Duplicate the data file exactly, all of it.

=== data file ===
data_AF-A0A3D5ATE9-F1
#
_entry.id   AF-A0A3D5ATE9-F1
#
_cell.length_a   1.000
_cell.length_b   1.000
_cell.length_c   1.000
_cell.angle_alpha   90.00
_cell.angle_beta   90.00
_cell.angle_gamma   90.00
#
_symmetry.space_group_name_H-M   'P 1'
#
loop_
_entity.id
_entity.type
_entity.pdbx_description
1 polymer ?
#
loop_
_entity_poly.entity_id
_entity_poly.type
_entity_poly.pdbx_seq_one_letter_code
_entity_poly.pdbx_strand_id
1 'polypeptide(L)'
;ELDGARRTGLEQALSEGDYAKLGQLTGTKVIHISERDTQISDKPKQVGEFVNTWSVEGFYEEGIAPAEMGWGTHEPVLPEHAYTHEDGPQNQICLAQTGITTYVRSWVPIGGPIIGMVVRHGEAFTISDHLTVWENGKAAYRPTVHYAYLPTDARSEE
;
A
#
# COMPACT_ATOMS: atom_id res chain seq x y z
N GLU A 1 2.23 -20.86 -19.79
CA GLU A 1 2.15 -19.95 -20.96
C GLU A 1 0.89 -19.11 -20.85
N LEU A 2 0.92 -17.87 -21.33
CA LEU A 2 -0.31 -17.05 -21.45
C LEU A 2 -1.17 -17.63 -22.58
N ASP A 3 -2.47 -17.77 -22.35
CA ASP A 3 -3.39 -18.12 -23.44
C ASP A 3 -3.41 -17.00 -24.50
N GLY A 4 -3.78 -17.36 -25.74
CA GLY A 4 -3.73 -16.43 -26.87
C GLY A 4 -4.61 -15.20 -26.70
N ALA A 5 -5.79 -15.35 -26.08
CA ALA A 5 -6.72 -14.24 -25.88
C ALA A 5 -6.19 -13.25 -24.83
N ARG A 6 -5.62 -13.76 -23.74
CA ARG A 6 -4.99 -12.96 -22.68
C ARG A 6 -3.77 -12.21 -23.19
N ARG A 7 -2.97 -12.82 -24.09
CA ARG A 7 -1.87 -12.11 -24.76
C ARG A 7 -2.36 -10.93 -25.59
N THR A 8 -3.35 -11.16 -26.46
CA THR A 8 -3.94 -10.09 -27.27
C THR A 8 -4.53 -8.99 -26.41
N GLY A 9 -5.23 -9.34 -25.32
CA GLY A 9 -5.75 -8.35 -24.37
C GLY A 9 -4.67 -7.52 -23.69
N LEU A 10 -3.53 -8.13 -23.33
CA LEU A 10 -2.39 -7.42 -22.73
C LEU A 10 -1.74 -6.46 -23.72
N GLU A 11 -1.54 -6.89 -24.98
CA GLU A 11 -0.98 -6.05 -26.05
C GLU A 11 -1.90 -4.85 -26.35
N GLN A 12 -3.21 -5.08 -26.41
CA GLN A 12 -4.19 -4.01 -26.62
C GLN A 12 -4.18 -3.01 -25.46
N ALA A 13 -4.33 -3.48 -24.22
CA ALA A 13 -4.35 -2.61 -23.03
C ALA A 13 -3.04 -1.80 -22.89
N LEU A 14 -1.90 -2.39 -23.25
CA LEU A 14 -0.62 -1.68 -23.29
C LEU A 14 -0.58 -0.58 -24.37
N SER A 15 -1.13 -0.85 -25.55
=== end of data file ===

data_AF-A0A3D5ATE9-F1
#
_entry.id   AF-A0A3D5ATE9-F1
#
_cell.length_a   1.000
_cell.length_b   1.000
_cell.length_c   1.000
_cell.angle_alpha   90.00
_cell.angle_beta   90.00
_cell.angle_gamma   90.00
#
_symmetry.space_group_name_H-M   'P 1'
#
loop_
_entity.id
_entity.type
_entity.pdbx_description
1 polymer ?
#
loop_
_entity_poly.entity_id
_entity_poly.type
_entity_poly.pdbx_seq_one_letter_code
_entity_poly.pdbx_strand_id
1 'polypeptide(L)'
;ELDGARRTGLEQALSEGDYAKLGQLTGTKVIHISERDTQISDKPKQVGEFVNTWSVEGFYEEGIAPAEMGWGTHEPVLPEHAYTHEDGPQNQICLAQTGITTYVRSWVPIGGPIIGMVVRHGEAFTISDHLTVWENGKAAYRPTVHYAYLPTDARSEE
;
A
#
# COMPACT_ATOMS: atom_id res chain seq x y z
N GLU A 1 2.23 -20.86 -19.79
CA GLU A 1 2.15 -19.95 -20.96
C GLU A 1 0.89 -19.11 -20.85
N LEU A 2 0.92 -17.87 -21.33
CA LEU A 2 -0.31 -17.05 -21.45
C LEU A 2 -1.17 -17.63 -22.58
N ASP A 3 -2.47 -17.77 -22.35
CA ASP A 3 -3.39 -18.12 -23.44
C ASP A 3 -3.41 -17.00 -24.50
N GLY A 4 -3.78 -17.36 -25.74
CA GLY A 4 -3.73 -16.43 -26.87
C GLY A 4 -4.61 -15.20 -26.70
N ALA A 5 -5.79 -15.35 -26.08
CA ALA A 5 -6.72 -14.24 -25.88
C ALA A 5 -6.19 -13.25 -24.83
N ARG A 6 -5.62 -13.76 -23.74
CA ARG A 6 -4.99 -12.96 -22.68
C ARG A 6 -3.77 -12.21 -23.19
N ARG A 7 -2.97 -12.82 -24.09
CA ARG A 7 -1.87 -12.11 -24.76
C ARG A 7 -2.36 -10.93 -25.59
N THR A 8 -3.35 -11.16 -26.46
CA THR A 8 -3.94 -10.09 -27.27
C THR A 8 -4.53 -8.99 -26.41
N GLY A 9 -5.23 -9.34 -25.32
CA GLY A 9 -5.75 -8.35 -24.37
C GLY A 9 -4.67 -7.52 -23.69
N LEU A 10 -3.53 -8.13 -23.33
CA LEU A 10 -2.39 -7.42 -22.73
C LEU A 10 -1.74 -6.46 -23.72
N GLU A 11 -1.54 -6.89 -24.98
CA GLU A 11 -0.98 -6.05 -26.05
C GLU A 11 -1.90 -4.85 -26.35
N GLN A 12 -3.21 -5.08 -26.41
CA GLN A 12 -4.19 -4.01 -26.62
C GLN A 12 -4.18 -3.01 -25.46
N ALA A 13 -4.33 -3.48 -24.22
CA ALA A 13 -4.35 -2.61 -23.03
C ALA A 13 -3.04 -1.80 -22.89
N LEU A 14 -1.90 -2.39 -23.25
CA LEU A 14 -0.62 -1.68 -23.29
C LEU A 14 -0.58 -0.58 -24.37
N SER A 15 -1.13 -0.85 -25.55